Mr Hay, 33, read a personal tribute during the service and Mr Gibson’s sister, Diane Christensen, recounted the story of her brother’s life.

A collection of photographs of Mr Gibson, including some of his baby pictures, was printed on the order of service.

The Thornliebank Accordion Band played as the congregation spilled out on to the street to watch the hearse pull away.

A large bouquet of white flowers and single red and white roses lay on the coffin, which was taken to Woodside Crematorium in Paisley.

In a statement ahead of the funeral, his relatives said: “As Colin’s family, we would like to take this opportunity to express our thanks to the emergency services who attended the scene of the tragic accident.

“We also thank the members of the public who instinctively disregarded their own safety to help others. We appreciate the painstaking challenge faced by the rescue workers who worked tirelessly in these very difficult and harrowing circumstances. We greatly appreciate the support and guidance provided to us at this distressing time by the police liaison officers.

“Our thoughts are with those other families also affected by this unfortunate event.”

The funeral for Mr Jenkins, took place later at Linn Crematorium in Glasgow.

He had been listening to the band in the Clutha with his partner, Mary Kavanagh, when the helicopter hit the building. She escaped the bar unharmed and was restrained from going back in to find Mr Jenkins, known to friends as Rab.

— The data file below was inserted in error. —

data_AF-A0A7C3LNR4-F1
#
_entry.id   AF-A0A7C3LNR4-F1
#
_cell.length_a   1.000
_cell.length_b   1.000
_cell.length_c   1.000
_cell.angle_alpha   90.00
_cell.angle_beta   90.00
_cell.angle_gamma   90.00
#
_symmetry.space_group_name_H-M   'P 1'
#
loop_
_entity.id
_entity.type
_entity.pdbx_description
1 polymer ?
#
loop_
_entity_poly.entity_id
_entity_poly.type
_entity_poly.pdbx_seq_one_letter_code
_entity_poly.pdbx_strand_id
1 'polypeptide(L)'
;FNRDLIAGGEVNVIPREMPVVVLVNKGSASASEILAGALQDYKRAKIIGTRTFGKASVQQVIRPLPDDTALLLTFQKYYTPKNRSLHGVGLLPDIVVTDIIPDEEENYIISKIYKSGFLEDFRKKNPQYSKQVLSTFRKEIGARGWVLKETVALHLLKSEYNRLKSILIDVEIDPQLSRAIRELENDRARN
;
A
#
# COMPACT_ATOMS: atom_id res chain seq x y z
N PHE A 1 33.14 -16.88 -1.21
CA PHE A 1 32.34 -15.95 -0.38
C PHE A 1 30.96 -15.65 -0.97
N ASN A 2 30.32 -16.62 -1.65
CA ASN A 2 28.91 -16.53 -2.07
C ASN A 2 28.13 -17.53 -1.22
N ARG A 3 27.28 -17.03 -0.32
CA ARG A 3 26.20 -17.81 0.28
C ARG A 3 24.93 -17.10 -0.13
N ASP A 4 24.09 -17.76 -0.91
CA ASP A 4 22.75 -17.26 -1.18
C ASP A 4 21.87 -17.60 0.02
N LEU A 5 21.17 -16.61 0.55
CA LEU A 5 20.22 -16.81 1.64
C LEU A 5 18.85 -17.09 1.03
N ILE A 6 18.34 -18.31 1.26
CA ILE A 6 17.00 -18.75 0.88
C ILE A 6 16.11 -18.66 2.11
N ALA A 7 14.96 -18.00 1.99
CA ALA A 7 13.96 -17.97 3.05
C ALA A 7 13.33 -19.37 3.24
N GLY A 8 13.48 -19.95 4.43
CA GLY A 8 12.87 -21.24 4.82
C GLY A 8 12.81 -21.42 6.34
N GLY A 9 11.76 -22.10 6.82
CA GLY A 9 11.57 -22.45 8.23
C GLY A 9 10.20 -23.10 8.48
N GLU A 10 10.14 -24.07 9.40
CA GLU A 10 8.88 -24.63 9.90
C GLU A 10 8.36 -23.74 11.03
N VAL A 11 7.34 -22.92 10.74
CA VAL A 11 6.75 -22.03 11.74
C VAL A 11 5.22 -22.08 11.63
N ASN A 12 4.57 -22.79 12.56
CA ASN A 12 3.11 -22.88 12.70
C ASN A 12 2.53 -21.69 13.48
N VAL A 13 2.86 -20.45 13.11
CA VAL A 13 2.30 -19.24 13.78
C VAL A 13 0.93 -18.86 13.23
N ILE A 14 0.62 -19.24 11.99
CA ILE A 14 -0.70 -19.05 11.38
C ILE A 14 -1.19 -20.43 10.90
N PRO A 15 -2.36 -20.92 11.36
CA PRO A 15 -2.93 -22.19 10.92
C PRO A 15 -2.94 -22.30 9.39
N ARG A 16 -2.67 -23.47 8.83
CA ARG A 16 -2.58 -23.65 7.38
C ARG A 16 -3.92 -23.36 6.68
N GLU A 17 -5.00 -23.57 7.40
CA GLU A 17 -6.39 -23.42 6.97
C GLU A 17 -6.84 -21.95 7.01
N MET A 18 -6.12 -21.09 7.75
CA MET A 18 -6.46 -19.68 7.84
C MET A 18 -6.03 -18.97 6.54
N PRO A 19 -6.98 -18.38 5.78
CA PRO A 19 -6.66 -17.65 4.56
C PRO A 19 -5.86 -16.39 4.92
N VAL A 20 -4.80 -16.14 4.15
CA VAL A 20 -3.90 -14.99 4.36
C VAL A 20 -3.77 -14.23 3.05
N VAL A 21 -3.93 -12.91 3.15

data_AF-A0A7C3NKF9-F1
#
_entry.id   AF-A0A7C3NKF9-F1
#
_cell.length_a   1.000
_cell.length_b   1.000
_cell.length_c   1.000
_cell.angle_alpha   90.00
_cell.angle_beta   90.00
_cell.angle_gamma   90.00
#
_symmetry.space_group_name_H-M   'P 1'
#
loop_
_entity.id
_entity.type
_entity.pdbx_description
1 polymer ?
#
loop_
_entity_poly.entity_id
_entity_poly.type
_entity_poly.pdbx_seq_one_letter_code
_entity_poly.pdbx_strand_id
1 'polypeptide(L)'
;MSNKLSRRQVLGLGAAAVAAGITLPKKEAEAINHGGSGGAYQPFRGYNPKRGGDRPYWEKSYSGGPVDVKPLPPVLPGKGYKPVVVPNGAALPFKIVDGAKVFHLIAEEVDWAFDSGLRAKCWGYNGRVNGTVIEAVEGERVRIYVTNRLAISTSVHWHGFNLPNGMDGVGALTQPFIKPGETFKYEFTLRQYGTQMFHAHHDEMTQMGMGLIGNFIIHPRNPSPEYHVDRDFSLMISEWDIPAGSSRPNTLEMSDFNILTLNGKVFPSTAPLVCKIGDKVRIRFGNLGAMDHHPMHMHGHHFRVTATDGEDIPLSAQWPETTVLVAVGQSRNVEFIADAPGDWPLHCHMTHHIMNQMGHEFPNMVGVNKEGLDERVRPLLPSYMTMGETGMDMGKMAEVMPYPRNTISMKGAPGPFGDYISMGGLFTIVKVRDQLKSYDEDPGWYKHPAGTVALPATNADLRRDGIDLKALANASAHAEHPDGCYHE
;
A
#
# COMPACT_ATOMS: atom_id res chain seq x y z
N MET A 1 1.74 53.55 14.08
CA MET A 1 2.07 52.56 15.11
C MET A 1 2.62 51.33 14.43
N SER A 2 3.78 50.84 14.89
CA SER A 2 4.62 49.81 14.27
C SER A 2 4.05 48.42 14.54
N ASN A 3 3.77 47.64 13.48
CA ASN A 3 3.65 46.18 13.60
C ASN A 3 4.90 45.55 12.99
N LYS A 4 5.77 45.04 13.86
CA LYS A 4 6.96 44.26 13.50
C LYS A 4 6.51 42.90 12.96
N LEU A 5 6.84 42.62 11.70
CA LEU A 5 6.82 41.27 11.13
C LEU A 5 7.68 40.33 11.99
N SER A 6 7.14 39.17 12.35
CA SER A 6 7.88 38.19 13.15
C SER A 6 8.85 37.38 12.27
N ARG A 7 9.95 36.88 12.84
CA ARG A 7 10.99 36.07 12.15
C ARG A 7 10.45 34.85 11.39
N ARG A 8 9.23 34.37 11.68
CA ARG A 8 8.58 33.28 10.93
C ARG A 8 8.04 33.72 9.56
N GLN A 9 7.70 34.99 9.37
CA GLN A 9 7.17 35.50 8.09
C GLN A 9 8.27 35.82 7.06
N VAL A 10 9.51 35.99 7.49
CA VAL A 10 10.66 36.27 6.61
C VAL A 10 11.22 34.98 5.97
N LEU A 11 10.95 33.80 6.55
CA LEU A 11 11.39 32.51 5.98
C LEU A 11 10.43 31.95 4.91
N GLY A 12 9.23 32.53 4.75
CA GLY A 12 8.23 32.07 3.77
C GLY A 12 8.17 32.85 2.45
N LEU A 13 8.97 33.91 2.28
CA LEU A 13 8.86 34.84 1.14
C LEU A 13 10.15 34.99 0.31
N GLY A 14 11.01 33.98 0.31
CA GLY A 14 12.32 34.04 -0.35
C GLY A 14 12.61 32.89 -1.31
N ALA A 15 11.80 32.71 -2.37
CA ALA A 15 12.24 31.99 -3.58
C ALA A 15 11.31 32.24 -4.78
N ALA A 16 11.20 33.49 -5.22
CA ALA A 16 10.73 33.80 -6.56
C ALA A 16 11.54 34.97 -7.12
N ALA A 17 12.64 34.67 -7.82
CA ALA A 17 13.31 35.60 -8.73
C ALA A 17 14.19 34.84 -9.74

The retired Scottish Gas administration worker had two daughters, Claire, 32, and Elaine, 31, with his wife of more than 30 years, Margaret Jenkins, a schoolteacher who died in 2006.

He was a keen runner, passionate about music, literature and film, and had appeared as an extra in several shows.

His friend Jim Doyle wrote in an obituary: “One thing that keeps me going through this whole thing is that I know he died with a pint in his hand and listening to music. If he could have selected a way to go, this would have been exactly what he would have chosen.”

In a statement, his family described him as a gentleman and an “especially kind, warm and funny man” with many friends.

Mr Jenkins was remembered at a humanist service led by Ken Eadie which celebrated his love of music.

Mourners heard tributes from friends Tony Darroch and Davy Welsh. Mr Crossan and Mr Petri also attended.

Ms Kavanagh, whom he met about four years ago, read a poem about courage during the ceremony.

Mr Eadie spoke of his family life, while Mr Darroch and Mr Welsh shared some of the times they had enjoyed together.


Gary Arthur, 48, from Paisley, the father of Celtic and Scotland women’s under-19s footballer Chloe.

Captain David Traill, 51, from Lochwinnoch, Renfrewshire, a former RAF pilot and instructor.

PC Kirsty Nelis, 36, from Inverkip, Renfrewshire, below, who was commended after overpowering an thug armed with a hammer in 2003.

PC Tony Collins, 43, originally from Plymouth, had also been honoured for his bravery.

Samuel McGhee, 56, from Glasgow, was the second of the victims to be identified.

Colin Gibson, 33, from Ayr, was on a night out with colleagues when he was caught in the roof collapse.

Robert Jenkins, 61, from East Kilbride, was a career-long Scottish Gas employee.

John McGarrigle, 57, from Cumbernauld, wrote poetry about Glasgow and its working classes.

Mark O’Prey, 44, from East Kilbride, was a window cleaner, said by friends to be a “generous, helpful, charming and loveable big bloke”.

Joe Cusker, 59, from Cambuslang, was a former South Lanarkshire Council worker.